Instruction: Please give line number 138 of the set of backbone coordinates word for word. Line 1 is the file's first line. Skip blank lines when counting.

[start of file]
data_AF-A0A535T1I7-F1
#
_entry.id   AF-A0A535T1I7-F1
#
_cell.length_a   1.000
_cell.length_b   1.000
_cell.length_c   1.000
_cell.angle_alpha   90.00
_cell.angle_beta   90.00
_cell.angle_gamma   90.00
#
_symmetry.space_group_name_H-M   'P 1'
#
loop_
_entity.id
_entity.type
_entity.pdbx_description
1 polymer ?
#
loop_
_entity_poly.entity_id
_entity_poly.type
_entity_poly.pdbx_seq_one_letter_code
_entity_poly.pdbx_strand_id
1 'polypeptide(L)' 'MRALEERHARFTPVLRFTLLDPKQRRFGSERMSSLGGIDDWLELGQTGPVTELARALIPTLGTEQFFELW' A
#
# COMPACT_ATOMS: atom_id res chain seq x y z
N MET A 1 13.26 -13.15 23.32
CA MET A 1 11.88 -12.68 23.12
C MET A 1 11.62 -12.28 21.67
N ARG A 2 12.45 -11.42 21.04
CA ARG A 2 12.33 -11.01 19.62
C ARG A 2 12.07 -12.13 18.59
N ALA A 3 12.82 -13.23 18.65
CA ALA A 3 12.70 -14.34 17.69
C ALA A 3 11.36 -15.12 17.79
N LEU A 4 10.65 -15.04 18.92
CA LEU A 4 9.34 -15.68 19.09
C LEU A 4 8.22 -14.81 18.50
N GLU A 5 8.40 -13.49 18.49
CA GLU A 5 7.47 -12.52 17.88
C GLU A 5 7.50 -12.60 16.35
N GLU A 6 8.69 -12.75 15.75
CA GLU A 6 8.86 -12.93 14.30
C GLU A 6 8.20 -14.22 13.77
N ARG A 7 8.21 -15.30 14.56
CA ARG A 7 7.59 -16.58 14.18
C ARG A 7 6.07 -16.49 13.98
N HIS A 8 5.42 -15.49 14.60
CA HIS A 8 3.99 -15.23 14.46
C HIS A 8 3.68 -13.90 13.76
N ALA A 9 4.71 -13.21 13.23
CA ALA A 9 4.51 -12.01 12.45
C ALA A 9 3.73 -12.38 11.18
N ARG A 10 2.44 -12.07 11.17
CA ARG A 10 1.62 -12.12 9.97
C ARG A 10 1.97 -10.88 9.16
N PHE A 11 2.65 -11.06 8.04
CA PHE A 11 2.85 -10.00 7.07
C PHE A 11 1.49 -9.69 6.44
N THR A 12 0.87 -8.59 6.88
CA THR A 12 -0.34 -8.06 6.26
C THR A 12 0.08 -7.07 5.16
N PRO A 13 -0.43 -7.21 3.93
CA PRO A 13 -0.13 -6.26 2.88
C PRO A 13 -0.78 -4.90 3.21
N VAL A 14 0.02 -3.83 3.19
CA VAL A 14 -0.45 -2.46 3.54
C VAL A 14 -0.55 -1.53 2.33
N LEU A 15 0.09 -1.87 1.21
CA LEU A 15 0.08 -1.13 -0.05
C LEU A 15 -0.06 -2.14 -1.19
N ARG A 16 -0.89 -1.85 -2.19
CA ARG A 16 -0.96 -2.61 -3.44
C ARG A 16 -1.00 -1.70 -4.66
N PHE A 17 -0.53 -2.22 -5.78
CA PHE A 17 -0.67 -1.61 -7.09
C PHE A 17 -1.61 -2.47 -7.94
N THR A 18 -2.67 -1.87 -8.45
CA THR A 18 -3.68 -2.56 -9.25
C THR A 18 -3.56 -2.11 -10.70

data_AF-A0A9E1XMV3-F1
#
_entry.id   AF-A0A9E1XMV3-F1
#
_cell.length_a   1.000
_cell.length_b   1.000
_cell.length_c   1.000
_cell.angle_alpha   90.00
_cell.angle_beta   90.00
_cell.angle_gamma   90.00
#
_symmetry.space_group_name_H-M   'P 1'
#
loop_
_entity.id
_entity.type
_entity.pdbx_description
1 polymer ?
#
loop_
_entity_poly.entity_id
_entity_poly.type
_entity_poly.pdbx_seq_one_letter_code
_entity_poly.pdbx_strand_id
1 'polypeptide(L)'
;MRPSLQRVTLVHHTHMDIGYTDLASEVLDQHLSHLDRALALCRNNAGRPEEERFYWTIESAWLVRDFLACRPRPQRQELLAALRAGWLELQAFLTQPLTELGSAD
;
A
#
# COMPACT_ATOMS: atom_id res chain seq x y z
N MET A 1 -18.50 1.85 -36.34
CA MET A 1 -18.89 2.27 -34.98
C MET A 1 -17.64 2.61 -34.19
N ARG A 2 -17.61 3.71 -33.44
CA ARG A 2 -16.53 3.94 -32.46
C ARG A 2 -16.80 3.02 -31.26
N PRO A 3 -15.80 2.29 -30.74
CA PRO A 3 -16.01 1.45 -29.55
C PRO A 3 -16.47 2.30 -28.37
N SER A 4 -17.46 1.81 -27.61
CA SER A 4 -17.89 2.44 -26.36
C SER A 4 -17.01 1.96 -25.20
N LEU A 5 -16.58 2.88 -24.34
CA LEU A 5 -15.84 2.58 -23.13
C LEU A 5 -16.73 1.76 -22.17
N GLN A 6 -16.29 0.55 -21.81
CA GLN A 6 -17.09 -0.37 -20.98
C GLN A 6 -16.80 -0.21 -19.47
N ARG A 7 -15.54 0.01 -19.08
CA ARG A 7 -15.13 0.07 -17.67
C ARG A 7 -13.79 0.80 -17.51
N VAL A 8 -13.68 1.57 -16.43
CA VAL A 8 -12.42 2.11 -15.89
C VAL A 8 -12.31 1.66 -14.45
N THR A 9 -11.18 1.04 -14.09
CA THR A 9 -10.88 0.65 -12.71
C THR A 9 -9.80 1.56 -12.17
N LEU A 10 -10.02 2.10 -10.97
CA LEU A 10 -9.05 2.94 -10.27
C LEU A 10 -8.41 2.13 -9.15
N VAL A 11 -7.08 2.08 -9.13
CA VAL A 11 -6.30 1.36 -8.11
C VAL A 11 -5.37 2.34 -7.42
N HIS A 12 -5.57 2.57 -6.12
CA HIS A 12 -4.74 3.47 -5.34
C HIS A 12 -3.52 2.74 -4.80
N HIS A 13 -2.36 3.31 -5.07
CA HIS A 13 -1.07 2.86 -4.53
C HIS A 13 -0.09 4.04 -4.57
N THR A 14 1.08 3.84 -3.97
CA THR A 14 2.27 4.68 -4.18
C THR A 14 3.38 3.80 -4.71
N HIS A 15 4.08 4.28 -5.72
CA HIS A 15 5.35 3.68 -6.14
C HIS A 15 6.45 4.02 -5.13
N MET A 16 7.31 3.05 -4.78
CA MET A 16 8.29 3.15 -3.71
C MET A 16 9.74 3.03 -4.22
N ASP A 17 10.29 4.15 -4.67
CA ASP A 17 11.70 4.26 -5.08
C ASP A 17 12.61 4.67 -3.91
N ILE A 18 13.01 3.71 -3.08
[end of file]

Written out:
C THR A 9 -9.80 1.56 -12.17